Monday, April 7, 2014

Walt Disney's The Sword and the Rose

Mary Tudor, the younger sister of England's King Henry VIII, gets the Disney treatment in 1953's The Sword and the Rose. Glynis Johns stars as the spunky Princess Mary, who falls in love with Charles Brandon (Richard Todd), the dashing captain of the palace guards. When her romance with Brandon threatens the King's plan to marry her off to King Louis XII of France, Mary runs away to join Brandon on a voyage to America. Unfortunately, the young lovers are captured and a displeased Henry VIII accuses Brandon of high treason and imprisons him in the Tower of London. As Brandon awaits his execution, Mary must decide how to save the man she loves.

Richard Todd as Charles Brandon.
The Sword and the Rose was one of four Disney costume adventures produced in Great Britain in the 1950s. The others were Disney's first all live-action film Treasure Island (1950), The Story of Robin Hood and His Merrie Men (1952), and Rob Roy, the Highland Rogue (1953). The latter two films also starred The Sword and the Rose's Richard Todd and James Robertson Justice, while Glynis Johns reunited with her co-stars for Rob Roy. Walt Disney's decision to shoot the films in Great Britain was a financial one. British treasury restrictions prevented him from moving profits from his cartoons to the U.S. He used those funds to establish a British studio that produced live action films through the 1960s.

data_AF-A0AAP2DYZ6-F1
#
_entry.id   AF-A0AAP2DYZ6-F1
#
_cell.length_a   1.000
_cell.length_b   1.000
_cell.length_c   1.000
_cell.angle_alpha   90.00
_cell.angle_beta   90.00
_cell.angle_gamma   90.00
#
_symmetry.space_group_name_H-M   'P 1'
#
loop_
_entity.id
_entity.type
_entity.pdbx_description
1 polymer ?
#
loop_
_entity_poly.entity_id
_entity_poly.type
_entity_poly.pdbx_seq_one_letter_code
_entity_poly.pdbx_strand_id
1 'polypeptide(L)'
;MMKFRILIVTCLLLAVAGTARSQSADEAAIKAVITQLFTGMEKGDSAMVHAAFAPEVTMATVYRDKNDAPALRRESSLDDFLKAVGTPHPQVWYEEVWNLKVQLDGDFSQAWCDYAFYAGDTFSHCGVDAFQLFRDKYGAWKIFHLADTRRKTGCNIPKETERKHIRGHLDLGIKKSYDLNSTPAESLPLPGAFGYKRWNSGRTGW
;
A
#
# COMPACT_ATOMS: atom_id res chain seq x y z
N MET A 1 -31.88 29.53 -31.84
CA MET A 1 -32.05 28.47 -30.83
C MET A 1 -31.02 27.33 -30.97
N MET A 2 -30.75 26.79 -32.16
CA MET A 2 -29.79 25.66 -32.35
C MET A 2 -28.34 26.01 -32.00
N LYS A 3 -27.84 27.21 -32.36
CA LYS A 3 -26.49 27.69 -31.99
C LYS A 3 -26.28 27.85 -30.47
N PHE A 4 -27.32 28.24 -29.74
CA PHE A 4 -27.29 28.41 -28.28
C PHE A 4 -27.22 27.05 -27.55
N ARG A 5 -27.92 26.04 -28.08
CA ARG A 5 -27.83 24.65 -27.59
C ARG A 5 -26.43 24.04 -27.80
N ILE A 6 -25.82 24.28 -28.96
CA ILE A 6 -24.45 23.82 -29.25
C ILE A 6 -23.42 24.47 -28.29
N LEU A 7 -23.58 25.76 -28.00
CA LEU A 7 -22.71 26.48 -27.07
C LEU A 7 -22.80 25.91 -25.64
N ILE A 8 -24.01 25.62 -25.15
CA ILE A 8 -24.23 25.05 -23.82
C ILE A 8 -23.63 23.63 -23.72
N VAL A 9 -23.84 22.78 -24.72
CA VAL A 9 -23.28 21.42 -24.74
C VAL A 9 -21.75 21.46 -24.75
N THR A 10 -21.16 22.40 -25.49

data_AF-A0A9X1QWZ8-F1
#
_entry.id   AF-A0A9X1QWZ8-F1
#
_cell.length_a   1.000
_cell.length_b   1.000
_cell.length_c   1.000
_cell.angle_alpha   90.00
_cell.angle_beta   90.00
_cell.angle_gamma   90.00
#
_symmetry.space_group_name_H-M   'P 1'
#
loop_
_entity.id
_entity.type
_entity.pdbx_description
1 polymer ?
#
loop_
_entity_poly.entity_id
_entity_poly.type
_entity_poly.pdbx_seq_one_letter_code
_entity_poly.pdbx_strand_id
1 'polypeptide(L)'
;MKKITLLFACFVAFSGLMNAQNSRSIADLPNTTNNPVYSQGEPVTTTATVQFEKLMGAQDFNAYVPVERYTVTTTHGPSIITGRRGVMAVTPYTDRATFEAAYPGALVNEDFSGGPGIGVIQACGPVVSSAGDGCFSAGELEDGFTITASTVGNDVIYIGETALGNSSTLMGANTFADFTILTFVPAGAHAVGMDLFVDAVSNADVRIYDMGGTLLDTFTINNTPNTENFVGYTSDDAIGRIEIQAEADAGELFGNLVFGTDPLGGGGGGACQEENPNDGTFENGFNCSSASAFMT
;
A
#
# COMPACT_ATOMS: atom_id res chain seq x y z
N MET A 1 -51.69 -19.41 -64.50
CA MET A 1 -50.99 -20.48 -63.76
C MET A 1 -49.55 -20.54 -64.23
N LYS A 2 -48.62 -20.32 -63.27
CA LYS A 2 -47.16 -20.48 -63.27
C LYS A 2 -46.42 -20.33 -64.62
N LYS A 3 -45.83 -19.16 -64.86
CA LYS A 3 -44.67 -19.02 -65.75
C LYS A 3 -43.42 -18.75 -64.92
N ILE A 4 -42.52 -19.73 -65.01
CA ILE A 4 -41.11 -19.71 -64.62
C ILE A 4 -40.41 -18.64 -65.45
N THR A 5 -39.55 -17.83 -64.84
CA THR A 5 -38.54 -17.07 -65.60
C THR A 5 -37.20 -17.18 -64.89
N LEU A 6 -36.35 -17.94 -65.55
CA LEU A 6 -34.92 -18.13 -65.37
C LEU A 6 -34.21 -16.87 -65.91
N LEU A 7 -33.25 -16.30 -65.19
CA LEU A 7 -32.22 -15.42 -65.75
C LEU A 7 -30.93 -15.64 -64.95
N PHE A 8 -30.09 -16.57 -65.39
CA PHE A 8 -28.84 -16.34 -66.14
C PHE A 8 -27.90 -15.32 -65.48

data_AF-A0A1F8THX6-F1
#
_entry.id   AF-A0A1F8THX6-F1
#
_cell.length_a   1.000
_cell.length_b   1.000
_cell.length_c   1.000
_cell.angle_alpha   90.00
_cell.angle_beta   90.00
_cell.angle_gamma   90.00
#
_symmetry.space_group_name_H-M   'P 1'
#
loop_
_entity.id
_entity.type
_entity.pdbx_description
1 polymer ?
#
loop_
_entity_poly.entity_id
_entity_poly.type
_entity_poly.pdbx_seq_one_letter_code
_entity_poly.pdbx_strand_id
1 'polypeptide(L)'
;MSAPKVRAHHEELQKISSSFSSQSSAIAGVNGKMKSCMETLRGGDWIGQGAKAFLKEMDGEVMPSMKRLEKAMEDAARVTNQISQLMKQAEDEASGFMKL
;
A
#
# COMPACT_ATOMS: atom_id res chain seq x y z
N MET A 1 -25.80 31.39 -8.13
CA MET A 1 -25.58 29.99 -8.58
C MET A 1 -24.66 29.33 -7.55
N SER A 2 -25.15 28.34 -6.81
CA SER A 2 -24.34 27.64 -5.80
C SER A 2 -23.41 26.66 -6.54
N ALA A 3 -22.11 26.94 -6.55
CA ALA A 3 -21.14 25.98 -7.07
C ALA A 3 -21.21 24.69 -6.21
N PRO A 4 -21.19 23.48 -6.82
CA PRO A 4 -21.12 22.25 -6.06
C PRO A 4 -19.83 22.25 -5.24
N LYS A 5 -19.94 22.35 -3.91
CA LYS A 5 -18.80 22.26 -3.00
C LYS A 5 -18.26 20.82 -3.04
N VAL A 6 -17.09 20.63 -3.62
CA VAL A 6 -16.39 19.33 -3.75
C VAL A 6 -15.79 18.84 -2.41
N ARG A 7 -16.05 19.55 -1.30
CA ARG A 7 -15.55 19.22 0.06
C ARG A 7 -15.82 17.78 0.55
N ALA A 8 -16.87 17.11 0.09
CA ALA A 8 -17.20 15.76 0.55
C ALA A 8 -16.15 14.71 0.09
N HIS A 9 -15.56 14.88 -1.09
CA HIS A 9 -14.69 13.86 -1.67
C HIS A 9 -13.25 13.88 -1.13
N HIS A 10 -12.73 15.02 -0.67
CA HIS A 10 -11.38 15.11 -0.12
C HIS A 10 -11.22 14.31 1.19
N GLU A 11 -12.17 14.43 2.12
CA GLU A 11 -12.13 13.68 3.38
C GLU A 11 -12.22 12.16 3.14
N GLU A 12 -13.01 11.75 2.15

Johns "disguised" as a boy.
The Sword and the Rose's strongest virtue is its first-rate British cast. Johns is delightful as the mischievous Princess Mary, who knows just how to manipulate her royal brother to get what she wants. She also looks fetching when dressed as Brandon's page. Indeed, her performance and appearance in The Sword and the Rose surely led to her casting as another spunky heroine opposite Danny Kaye in 1955's comedy classic The Court Jester. As for Todd and Justice, they are well-suited to the kind of roles that made them famous: Todd as the swashbuckling hero and Justice as a blustery, but good-hearted, father figure. Michael Gough is also on hand as the de facto villain, a nobleman who wants to be more than friends with the lovely princess.

Robertson as King Henry VIII.
However, despite its acting pedigree, The Sword and the Rose lacks the flair of the decade's best swashbucklers. Until the climax, there's much more rose (an emphasis on Mary and Brandon's romance) than sword (any kind of derring do). Granted, the plot is partially constrained by historical events--though even there, The Sword and the Rose takes liberties. In real life, Brandon was a duke and not the captain of the palace guards; he had already been married two previous times and had two daughters. Plus, Michael Gough's Duke of Buckingham had no interest in Mary. 

The screenplay was based on Charles Major's 1898 novel When Knighthood Was in Flower and filmed previously in 1922 with Marion Davies as Mary Tudor. The Sword and the Rose was retitled When Knighthood Was in Flower when it was broadcast in 1956 in two parts on the Disneyland TV series (later known as Walt Disney Presents and other titles).


  1. I haven't seen this since I was a kid sitting in front of the TV with stars in my eyes. Talk about a stroll down Memory Lane!

  2. This was indeed a spunky performance by Glynis Johns. James Robertson Justice was a very different Henry VIII than history reveals but fits in well with Disney.